Fixed-wing search and rescue procurement project
The Government of Canada is procuring 16 CC-295 to take over the search and rescue duties currently being undertaken by six CC-115 Buffalo aircraft and 12 CC-130 legacy Hercules aircraft.
The contract will provide a complete, modern and technologically advanced search and rescue solution, including maintenance and support services up to 2042. Airbus will also construct a new simulator-equipped training centre in Comox, British Columbia, and provide ongoing maintenance and support services.
The new fixed-wing search and rescue aircraft will carry out critical, life-saving search and rescue missions across Canada’s vast and challenging territory, including the Arctic. The aircraft will be even more reliable and available more often than our current fleet.
Using integrated sensors, crews will be able to locate persons or objects—such as downed aircraft—from more than 40 kilometres away, even in low-light conditions. This will contribute to improving the overall effectiveness of searches. It is anticipated that the on-scene search time will be reduced with the use of these enhanced sensor capabilities.
The aircraft will also use state-of-the-art communications systems that will allow search and rescue personnel to share real-time information with partners on the ground. The existing fleets will be maintained and operated throughout the transition to maintain search and rescue capabilities.
FWSAR project is in Phase 4 – Implementation
2. Options analysis
2. Options analysis
- Project approval: March 26, 2015
- Request for proposals (RFP) posted: March 31, 2015
- RFP closed: January 11, 2016
- Bid evaluation: January to June 2016
- Bid evaluation complete: June 1, 2016
- Aircraft trials: March 2016
- Project approval implementation: December 1, 2016
- Contract award: December 1, 2016
- First delivery: December 2019 in Spain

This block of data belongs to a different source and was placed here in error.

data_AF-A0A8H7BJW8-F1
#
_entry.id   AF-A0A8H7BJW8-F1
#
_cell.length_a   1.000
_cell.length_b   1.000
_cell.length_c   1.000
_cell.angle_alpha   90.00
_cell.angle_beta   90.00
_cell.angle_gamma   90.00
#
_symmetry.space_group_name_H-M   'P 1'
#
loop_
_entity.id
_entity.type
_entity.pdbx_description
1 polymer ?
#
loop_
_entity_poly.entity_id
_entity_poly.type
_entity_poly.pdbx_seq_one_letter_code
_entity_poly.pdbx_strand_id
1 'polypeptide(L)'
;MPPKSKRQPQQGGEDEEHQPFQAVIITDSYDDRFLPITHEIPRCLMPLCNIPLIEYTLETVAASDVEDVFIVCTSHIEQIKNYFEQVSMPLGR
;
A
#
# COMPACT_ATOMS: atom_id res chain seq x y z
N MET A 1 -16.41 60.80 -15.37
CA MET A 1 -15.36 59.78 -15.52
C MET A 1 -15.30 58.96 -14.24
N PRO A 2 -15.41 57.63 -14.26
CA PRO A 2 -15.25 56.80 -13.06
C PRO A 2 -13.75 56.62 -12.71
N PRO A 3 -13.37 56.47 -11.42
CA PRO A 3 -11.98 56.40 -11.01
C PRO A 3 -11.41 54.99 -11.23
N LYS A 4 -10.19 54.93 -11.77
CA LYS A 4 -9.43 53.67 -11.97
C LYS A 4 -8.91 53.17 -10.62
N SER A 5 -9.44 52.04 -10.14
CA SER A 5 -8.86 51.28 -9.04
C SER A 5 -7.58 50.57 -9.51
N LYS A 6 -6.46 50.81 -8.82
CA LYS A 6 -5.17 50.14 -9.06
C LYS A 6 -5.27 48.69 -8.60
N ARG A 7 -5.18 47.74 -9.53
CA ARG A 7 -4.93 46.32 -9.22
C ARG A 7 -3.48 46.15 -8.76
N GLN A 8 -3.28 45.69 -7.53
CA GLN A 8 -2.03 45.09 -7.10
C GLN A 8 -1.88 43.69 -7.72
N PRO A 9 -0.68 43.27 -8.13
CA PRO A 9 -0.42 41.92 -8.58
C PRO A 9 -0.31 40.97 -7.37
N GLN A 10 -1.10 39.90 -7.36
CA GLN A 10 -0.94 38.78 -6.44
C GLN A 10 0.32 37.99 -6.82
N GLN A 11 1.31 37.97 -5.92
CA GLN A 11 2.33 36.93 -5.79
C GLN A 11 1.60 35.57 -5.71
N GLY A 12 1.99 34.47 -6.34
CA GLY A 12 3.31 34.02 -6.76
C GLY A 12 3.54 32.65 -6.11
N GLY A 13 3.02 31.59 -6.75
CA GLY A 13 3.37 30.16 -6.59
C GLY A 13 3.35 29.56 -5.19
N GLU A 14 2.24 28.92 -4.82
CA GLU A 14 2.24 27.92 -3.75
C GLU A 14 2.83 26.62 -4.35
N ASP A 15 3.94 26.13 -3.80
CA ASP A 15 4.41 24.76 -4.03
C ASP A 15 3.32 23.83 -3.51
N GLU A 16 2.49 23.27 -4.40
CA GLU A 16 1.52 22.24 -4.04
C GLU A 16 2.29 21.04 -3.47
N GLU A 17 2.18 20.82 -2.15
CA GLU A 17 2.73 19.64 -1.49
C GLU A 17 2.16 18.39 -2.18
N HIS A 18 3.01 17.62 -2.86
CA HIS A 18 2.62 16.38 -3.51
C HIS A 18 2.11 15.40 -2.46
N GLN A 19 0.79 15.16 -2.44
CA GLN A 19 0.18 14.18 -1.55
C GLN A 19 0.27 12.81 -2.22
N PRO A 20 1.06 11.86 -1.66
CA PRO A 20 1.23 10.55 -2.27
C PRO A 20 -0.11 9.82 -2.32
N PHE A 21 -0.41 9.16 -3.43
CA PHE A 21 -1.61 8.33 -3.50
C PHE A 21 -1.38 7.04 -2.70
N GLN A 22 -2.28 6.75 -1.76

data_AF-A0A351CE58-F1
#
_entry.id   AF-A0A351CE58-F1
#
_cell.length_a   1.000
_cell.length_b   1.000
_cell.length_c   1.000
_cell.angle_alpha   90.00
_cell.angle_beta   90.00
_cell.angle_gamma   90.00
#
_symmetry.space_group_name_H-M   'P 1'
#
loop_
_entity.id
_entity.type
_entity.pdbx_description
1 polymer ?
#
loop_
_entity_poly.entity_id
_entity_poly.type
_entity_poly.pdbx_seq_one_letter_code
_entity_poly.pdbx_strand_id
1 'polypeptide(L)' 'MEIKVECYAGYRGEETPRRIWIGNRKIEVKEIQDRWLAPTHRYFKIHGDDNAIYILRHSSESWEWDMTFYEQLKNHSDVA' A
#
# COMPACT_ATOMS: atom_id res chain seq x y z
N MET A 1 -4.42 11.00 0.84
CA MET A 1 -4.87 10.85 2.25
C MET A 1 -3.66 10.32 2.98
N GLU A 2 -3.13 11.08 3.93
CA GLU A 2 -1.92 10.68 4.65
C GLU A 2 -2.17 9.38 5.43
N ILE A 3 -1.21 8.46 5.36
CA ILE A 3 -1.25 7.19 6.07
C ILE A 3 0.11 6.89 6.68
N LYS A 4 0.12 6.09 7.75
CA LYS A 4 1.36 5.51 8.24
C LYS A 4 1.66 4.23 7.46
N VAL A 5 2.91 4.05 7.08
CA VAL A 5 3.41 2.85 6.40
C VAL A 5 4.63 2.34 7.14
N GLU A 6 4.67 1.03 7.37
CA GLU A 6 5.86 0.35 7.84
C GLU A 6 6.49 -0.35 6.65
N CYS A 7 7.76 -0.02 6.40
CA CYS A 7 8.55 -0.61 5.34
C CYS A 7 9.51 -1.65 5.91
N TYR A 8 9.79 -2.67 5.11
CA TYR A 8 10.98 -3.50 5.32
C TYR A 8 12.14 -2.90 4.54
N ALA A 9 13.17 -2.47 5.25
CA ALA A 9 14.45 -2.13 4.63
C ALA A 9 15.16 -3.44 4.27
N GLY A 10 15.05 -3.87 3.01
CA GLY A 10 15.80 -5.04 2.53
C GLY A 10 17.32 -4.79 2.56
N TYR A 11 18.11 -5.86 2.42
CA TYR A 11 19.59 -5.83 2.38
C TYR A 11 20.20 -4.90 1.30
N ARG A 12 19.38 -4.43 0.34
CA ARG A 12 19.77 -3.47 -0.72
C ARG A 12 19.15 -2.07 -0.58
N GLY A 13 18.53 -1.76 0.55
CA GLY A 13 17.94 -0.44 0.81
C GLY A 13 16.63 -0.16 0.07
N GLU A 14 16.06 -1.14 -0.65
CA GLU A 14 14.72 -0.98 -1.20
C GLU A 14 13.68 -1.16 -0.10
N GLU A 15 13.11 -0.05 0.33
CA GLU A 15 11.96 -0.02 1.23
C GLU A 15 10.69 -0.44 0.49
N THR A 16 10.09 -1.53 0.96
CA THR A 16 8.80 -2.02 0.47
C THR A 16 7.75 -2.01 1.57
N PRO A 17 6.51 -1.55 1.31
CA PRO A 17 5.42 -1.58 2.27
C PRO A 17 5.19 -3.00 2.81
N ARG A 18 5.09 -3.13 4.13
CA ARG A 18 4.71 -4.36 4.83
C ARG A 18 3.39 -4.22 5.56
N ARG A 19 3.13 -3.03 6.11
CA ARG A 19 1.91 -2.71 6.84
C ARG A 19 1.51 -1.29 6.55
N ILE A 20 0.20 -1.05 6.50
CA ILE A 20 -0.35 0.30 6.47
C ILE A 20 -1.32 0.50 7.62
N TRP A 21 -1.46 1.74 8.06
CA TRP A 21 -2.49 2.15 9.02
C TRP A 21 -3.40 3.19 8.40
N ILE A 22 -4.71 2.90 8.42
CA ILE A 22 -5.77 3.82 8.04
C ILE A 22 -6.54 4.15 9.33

- Initial operational capability: 2020
- Full operational capability: 2022
Learn more about the Defence procurement process.
March 8, 2019
The first aircraft rolled off the production line and began contractor ground testing in Spain.
October 31, 2018
The in-service support critical design review is closed.
September 19, 2018
Final assembly of the first FWSAR aircraft began.
July 23, 2018
The aircraft critical design review is closed.
January 25, 2018
The Comox training center ground breaking ceremony was conducted.
December 4 2017
Construction began on the training facility in 19 Wing Comox, British Columbia
Steel cutting was started on Canada’s Fixed-Wing Search and Rescue aircraft.
December 1, 2016
The contract was awarded to Airbus Defence and Space. One contract was awarded for the acquisition and the in-service support.
The bid evaluation that followed the closure of the Request for Proposal (RFP) was completed.
Bid evaluation was underway. Two qualified bidders remain. Aircraft testing took place at bidders' facilities..
January 11, 2016
The RFP was closed with three bidders submitting six proposals. Bid evaluation began.
March 31, 2015
The Request for Proposal was posted on buyandsell.gc.ca.
Expenditure Authority was approved for the Fixed-Wing Search and Rescue Replacement project allowing the development of the RFP.
The Fixed-Wing Search and Rescue Replacement Project Management Office was re-established to acquire a new fleet of fixed-wing search and rescue aircraft.
Benefiting Canadian Industry
Benefiting Canadian Industry